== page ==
Antony Jenkins, who took over as chief executive of Barclays last August, has told the bank’s 140,000 employees to sign up to a new code of conduct.
“I have no doubt that the overwhelming majority of you … will enthusiastically support this move. But there might be some who don’t feel they can fully buy into an approach which so squarely links performance to the upholding of our values,” Jenkins wrote in a staff memo.
“My message to those people is simple: Barclays is not the place for you. The rules have changed. You won’t feel comfortable at Barclays and, to be frank, we won’t feel comfortable with you as colleagues.”
He added that the code is based on the five key values of respect, integrity, service, excellence and stewardship, while bonus payments are to be assessed against the new ‘purposes and values’ criteria.
promoted to CEO
weeks after the departure of Bob Diamond last July and following the UK bank’s payment of £290m to US and UK regulators to settle allegations that it manipulated the benchmark London Interbank Offered Rate (Libor).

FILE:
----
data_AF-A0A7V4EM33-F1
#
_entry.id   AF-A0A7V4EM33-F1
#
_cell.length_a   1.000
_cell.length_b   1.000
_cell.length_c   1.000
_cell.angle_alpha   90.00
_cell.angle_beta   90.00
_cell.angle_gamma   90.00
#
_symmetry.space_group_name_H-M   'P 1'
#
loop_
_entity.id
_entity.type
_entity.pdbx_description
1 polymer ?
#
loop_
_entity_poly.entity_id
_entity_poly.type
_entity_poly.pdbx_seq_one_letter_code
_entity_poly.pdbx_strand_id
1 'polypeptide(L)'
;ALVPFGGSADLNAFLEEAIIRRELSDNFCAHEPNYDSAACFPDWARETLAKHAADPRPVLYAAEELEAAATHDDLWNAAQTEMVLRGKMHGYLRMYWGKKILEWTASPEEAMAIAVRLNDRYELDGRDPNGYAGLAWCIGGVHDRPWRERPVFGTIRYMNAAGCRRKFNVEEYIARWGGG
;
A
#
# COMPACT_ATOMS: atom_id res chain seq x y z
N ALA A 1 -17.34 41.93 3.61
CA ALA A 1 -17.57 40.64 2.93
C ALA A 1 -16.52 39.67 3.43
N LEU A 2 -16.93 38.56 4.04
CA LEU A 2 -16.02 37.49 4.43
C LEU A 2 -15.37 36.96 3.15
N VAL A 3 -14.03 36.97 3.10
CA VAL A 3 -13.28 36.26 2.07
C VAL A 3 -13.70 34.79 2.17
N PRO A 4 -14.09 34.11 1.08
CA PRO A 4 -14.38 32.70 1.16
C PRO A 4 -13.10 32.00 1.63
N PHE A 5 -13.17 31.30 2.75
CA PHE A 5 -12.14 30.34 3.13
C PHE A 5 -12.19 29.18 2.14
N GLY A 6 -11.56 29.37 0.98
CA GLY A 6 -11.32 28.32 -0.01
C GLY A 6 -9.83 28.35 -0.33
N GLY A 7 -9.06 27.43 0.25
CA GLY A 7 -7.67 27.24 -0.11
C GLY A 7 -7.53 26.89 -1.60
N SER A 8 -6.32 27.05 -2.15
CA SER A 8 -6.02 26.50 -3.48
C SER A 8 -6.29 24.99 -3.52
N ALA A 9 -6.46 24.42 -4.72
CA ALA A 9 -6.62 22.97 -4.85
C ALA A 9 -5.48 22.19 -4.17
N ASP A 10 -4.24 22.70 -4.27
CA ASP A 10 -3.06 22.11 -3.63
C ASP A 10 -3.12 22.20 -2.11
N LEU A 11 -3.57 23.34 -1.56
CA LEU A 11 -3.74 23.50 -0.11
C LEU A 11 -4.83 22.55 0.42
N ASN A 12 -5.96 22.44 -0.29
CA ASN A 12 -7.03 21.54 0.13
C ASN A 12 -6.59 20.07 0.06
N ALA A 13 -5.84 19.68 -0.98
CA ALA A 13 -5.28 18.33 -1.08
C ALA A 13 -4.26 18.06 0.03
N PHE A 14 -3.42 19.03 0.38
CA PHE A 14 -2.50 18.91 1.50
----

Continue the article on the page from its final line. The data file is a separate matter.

“The behaviour which made those headlines in 2012 took place in the past,” he wrote in the memo. “But it helped underline how banking as a whole had lost its way, and had lost touch with the values on which reputation and trust were built.
“Over a period of almost 20 years, banking became too aggressive, too focused on the short term, too disconnected from the needs of our customers and clients, and wider society. We were not immune at Barclays from these mistakes. Performance assessment will be based not just on what we deliver but on how we deliver it. We must never again be in a position of rewarding people for making the bank money in a way which is unethical or inconsistent with our values.”
The memo added that Barclays will unveil a new business strategy on 12 February, which the CEO promised would “excite” the workforce.
According to reports, a deal to settle similar allegations that Royal Bank of Scotland (RBS) also manipulated Libor will be resolved shortly, with RBS expected to agree payment of around £500m in all to UK and US regulators.
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